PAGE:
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  1. The philosophical problem that Plato wanted to solve was formulated by Parmenides: how does the multiplicity of the world occur if intelligible being is one, integral, immobile, etc. The first hypothesis of the second part of the dialogue “Parmenides” (written by Plato after his second trip to Sicily, i.e. after 365 BC) states: if the One (to hen) is understood in the strict Parmenid sense and considered in isolation, then nothing can be said about it. Accordingly, if the Good (Plato writes about it in the State, calls it “the idea of ideas” and identifies it with the deity), or the Unit, is considered in itself, then for the sense world, as well as for the world of meanings or ideas, it will be in some way the source of being.

    The problem of multiplicity in the intelligible world (the metaphysical problem) and the problem of the possibility of choosing evil (the ethical problem) makes Plato reject Parmenides ' monism. He refers to the Pythagorean tradition of his time, which is characterized by dualism, i.e. the separation of intelligible reality and natural phenomena, which are imitations of the reality of ideas. In addition, Plato introduces the antithesis between Unity as a limit and Indefinite duality, which makes possible, in particular, the existence of various phenomena of nature. These Pythagorean notes are most pronounced in Plato's later dialogue Timaeus, which deals with cosmogony (i.e., the origin of the universe) and cosmology (the structure of the world).

    Plato's dialogues “Parmenides” and “Timaeus” were the favorite texts for comment among the so – called middle Platonists (I century BC – II century AD), who prepared the phenomenon of Neoplatonism-the brightest page of late Greek philosophy. Nevertheless, platonists before Plotinus (204-270) – for example, Philo of Alexandria, Albinus, Numenius-considered God to be the supreme intelligence, and no one spoke of him as One. In Plotinus, however, the One or God becomes the absolute, the transcendent principle, beyond even the realm of the Mind with its eternal ideas, not to mention the Soul, whose lower side is turned to the sensuous cosmos. Plotinus is based on the interpretation of the first and second hypotheses of Plato's Parmenides, giving them an ontological status.

    The primordial One absolutely transcends any multiplicity and rejects any predicate, even the predicate of existence, because when we say “the one is” we are already introducing being (“is”) and thereby “descending” to the level of the Mind with its” truly existing ” ideas. Accordingly, nothing can be said about it – not that it is identical with itself or different from other things. The first principle is neither in motion nor at rest, neither in time nor in space.

    Plotinus also uses the metaphor of the outpouring of the divine principle into the world, which comes from the middle Platonists, understood as the waste of infinite good throughout the hierarchy of the cosmos-up to the material level, where the spiritual “emanation” naturally fades away.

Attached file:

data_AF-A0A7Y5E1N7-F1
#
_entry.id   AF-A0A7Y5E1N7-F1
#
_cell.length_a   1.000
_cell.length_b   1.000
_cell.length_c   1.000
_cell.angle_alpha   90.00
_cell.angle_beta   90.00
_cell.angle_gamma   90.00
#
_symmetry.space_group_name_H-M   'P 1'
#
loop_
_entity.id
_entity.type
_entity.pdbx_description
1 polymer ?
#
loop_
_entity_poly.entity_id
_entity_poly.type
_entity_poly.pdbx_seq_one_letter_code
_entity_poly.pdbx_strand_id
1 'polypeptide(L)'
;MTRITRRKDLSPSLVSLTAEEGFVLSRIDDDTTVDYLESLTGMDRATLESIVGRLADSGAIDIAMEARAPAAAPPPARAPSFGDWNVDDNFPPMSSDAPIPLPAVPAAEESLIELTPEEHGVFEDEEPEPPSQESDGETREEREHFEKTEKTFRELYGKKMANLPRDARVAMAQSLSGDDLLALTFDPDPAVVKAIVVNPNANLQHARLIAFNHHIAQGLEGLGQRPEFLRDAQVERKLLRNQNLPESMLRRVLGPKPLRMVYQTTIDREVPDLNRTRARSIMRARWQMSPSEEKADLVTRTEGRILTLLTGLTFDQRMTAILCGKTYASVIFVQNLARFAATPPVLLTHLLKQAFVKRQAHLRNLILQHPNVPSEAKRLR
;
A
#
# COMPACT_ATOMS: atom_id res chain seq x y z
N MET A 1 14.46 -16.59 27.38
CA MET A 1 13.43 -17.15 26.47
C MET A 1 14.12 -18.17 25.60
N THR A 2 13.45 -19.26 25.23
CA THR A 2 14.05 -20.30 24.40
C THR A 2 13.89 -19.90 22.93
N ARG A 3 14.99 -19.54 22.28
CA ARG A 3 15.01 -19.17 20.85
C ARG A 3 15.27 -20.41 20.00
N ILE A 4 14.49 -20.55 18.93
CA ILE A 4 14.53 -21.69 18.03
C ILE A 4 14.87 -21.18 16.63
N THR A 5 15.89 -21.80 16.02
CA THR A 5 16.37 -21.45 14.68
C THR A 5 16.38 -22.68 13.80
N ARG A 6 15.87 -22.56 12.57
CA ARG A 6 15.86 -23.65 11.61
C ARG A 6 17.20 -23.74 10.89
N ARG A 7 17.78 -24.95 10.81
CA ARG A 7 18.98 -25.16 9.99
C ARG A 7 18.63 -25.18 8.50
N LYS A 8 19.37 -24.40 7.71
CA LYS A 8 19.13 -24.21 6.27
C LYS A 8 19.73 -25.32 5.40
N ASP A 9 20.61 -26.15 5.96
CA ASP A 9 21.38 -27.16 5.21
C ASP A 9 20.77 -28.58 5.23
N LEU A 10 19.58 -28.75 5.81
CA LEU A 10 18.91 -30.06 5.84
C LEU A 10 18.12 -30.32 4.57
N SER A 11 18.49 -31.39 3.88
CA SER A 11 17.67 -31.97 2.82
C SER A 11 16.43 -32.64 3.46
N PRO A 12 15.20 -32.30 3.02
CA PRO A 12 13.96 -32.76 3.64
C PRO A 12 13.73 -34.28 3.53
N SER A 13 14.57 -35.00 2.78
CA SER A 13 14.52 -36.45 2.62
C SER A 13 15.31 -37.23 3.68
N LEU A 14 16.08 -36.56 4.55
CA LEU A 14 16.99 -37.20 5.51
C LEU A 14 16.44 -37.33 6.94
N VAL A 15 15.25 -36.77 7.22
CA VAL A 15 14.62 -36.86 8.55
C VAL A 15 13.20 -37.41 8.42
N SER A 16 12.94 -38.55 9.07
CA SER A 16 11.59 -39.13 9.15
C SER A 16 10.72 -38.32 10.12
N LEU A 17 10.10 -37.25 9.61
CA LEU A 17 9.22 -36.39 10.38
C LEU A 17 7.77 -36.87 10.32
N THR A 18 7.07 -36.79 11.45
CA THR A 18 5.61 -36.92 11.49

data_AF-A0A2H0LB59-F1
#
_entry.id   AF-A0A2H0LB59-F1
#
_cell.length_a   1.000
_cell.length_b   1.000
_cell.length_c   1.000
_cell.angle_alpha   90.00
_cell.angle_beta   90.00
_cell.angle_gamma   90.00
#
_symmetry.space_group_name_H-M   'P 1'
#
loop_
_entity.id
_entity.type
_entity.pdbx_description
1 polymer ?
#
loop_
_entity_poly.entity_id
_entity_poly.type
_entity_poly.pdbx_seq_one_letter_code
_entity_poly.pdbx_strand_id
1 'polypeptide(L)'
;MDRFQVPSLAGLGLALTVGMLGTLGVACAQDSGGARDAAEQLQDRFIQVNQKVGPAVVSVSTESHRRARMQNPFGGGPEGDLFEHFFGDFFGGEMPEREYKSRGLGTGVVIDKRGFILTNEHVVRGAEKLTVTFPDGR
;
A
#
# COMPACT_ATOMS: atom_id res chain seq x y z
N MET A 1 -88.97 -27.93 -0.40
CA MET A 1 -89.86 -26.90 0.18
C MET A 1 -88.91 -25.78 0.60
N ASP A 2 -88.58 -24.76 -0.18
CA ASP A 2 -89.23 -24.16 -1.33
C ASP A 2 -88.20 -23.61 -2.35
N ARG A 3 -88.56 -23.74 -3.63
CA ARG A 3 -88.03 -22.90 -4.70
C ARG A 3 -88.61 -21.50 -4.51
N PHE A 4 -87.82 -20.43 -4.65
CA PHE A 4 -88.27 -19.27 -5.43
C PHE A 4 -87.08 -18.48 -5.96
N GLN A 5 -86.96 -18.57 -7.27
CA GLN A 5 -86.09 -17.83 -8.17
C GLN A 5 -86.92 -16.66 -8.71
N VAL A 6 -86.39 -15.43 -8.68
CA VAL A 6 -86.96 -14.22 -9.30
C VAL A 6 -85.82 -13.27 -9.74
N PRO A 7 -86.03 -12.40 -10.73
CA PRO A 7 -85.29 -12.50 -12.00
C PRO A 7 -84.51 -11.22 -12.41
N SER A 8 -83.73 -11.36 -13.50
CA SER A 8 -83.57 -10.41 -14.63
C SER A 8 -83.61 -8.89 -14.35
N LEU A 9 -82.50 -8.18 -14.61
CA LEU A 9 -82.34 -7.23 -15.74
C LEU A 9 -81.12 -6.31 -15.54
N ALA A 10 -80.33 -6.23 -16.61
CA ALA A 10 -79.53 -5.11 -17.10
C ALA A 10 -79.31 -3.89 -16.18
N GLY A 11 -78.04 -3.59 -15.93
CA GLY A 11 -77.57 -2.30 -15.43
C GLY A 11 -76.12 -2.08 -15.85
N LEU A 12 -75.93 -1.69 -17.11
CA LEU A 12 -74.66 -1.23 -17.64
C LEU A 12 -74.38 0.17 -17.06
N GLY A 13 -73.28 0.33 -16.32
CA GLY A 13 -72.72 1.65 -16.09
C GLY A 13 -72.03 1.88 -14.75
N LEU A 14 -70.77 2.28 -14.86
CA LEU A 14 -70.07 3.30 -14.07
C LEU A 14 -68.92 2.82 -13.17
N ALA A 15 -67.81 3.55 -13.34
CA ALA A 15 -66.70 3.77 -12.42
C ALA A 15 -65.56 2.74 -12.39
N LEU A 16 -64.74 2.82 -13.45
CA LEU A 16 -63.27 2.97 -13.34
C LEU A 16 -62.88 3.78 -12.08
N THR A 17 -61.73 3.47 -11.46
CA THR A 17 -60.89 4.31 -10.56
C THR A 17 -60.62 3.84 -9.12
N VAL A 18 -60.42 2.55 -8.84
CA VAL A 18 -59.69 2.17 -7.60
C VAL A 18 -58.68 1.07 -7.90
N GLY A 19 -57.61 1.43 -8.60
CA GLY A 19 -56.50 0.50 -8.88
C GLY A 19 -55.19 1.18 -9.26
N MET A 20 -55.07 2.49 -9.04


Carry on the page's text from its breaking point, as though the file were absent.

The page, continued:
Finally, the Plotinus assumes the possibility of returning to the original from the lower levels of the hierarchy through the sequential passage of all its main stages (Soul – Mind – One). Plotinus ' concept of ecstasy as the process of ascending to the One is particularly original in this respect. It turns out that the principle of unity in the world is accessible through the principle of unity in man, which is the rational soul. This is one of the most famous and poetic passages from the treatise “On the Good, or the One” (Ennead, 6.9.9.46-60).:

    “However,” who saw it, knows what I'm talking about”,

    that is, how does our soul then receive a different life, since it is approaching, and has already approached, and participates in it, so that

    able to understand that he is the creator of true life with her, and that this is all she needs.

    On the contrary, we must free ourselves from everything else, and only establish ourselves in it, and only become it, cutting off everything else that surrounds us;

    and so we are eager to leave this world and resent this attachment to another

    for the sake of embracing him in our totality and not having a single part that we do not touch God.

    There is also an opportunity to see both him and himself, as far as “seeing” itself is allowed:

    himself-sparkling, full of intelligent light, and rather-the light itself, pure, weightless, light;

    your nature has become god, and rather, it is God,

    And you're flaming in this state,

    but if the heaviness returns, it's like going out.”

    Plotinus ' ecstasy is the happy result of long and sustained intellectual exercise. This is the highest achievement of a person, his immortal soul, and not the result of the activity of some external magical forces. Hence Plotinus ' sharply critical attitude towards the Gnostics, since the Roman philosopher of Egyptian origin, who wrote in Greek, did not recognize the fast path to wisdom offered by the supporters of syncretic Gnostic teaching.

    Thus, we can say that the philosophy of the brilliant platonist Plotinus was the” intellectual culmination ” (E. R. Dodds) of Platonism, in comparison with which even the works of such great Neoplatonists as Iamblichus, Proclus, and Damascus represent something like ancient scholasticism. Plotinus emphasized the transcendent character of the Primordial One (“negative theology”) and he clearly described the hierarchical and dynamic character of the intelligible cosmos, including the relation of the individual soul to the divine origin. All this later enabled the Christian Platonists to lay a solid philosophical foundation for their theology and mysticism.

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